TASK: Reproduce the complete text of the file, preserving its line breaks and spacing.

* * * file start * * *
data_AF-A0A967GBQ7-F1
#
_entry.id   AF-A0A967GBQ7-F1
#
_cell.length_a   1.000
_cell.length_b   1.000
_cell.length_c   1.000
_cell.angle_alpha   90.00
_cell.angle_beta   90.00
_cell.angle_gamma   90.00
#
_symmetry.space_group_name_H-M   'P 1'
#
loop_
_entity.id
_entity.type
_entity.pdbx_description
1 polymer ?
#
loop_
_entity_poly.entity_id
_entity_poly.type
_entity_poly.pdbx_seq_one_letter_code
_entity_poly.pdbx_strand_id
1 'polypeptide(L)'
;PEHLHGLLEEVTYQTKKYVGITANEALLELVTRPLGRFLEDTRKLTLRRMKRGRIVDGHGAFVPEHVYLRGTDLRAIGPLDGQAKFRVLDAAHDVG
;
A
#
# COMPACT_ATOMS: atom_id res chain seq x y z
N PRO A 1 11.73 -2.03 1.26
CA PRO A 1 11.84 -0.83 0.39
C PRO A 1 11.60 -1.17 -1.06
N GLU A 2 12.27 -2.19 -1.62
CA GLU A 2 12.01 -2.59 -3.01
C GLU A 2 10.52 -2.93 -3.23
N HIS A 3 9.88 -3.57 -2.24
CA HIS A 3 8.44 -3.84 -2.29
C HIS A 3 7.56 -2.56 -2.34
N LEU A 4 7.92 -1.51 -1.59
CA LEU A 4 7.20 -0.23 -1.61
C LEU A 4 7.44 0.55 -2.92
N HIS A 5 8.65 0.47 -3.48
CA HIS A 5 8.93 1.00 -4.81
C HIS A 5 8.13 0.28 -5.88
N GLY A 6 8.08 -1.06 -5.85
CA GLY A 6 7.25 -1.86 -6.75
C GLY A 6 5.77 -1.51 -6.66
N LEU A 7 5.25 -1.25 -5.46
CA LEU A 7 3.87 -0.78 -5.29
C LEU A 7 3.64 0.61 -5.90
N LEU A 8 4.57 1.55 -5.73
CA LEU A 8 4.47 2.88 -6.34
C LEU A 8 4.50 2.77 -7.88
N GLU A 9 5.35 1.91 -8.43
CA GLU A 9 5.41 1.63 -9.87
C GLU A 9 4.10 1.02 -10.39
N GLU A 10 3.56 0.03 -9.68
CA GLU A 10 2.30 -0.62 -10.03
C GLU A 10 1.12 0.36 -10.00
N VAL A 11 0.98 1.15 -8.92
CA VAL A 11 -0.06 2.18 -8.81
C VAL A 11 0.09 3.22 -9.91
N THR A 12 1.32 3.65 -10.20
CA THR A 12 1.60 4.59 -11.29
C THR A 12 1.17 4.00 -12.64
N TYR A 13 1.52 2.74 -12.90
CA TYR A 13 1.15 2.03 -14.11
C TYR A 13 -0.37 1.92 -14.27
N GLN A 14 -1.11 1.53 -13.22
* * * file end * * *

data_AF-A0A967GBQ7-F1
#
_entry.id   AF-A0A967GBQ7-F1
#
_cell.length_a   1.000
_cell.length_b   1.000
_cell.length_c   1.000
_cell.angle_alpha   90.00
_cell.angle_beta   90.00
_cell.angle_gamma   90.00
#
_symmetry.space_group_name_H-M   'P 1'
#
loop_
_entity.id
_entity.type
_entity.pdbx_description
1 polymer ?
#
loop_
_entity_poly.entity_id
_entity_poly.type
_entity_poly.pdbx_seq_one_letter_code
_entity_poly.pdbx_strand_id
1 'polypeptide(L)'
;PEHLHGLLEEVTYQTKKYVGITANEALLELVTRPLGRFLEDTRKLTLRRMKRGRIVDGHGAFVPEHVYLRGTDLRAIGPLDGQAKFRVLDAAHDVG
;
A
#
# COMPACT_ATOMS: atom_id res chain seq x y z
N PRO A 1 11.73 -2.03 1.26
CA PRO A 1 11.84 -0.83 0.39
C PRO A 1 11.60 -1.17 -1.06
N GLU A 2 12.27 -2.19 -1.62
CA GLU A 2 12.01 -2.59 -3.01
C GLU A 2 10.52 -2.93 -3.23
N HIS A 3 9.88 -3.57 -2.24
CA HIS A 3 8.44 -3.84 -2.29
C HIS A 3 7.56 -2.56 -2.34
N LEU A 4 7.92 -1.51 -1.59
CA LEU A 4 7.20 -0.23 -1.61
C LEU A 4 7.44 0.55 -2.92
N HIS A 5 8.65 0.47 -3.48
CA HIS A 5 8.93 1.00 -4.81
C HIS A 5 8.13 0.28 -5.88
N GLY A 6 8.08 -1.06 -5.85
CA GLY A 6 7.25 -1.86 -6.75
C GLY A 6 5.77 -1.51 -6.66
N LEU A 7 5.25 -1.25 -5.46
CA LEU A 7 3.87 -0.78 -5.29
C LEU A 7 3.64 0.61 -5.90
N LEU A 8 4.57 1.55 -5.73
CA LEU A 8 4.47 2.88 -6.34
C LEU A 8 4.50 2.77 -7.88
N GLU A 9 5.35 1.91 -8.43
CA GLU A 9 5.41 1.63 -9.87
C GLU A 9 4.10 1.02 -10.39
N GLU A 10 3.56 0.03 -9.68
CA GLU A 10 2.30 -0.62 -10.03
C GLU A 10 1.12 0.36 -10.00
N VAL A 11 0.98 1.15 -8.92
CA VAL A 11 -0.06 2.18 -8.81
C VAL A 11 0.09 3.22 -9.91
N THR A 12 1.32 3.65 -10.20
CA THR A 12 1.60 4.59 -11.29
C THR A 12 1.17 4.00 -12.64
N TYR A 13 1.52 2.74 -12.90
CA TYR A 13 1.15 2.03 -14.11
C TYR A 13 -0.37 1.92 -14.27
N GLN A 14 -1.11 1.53 -13.22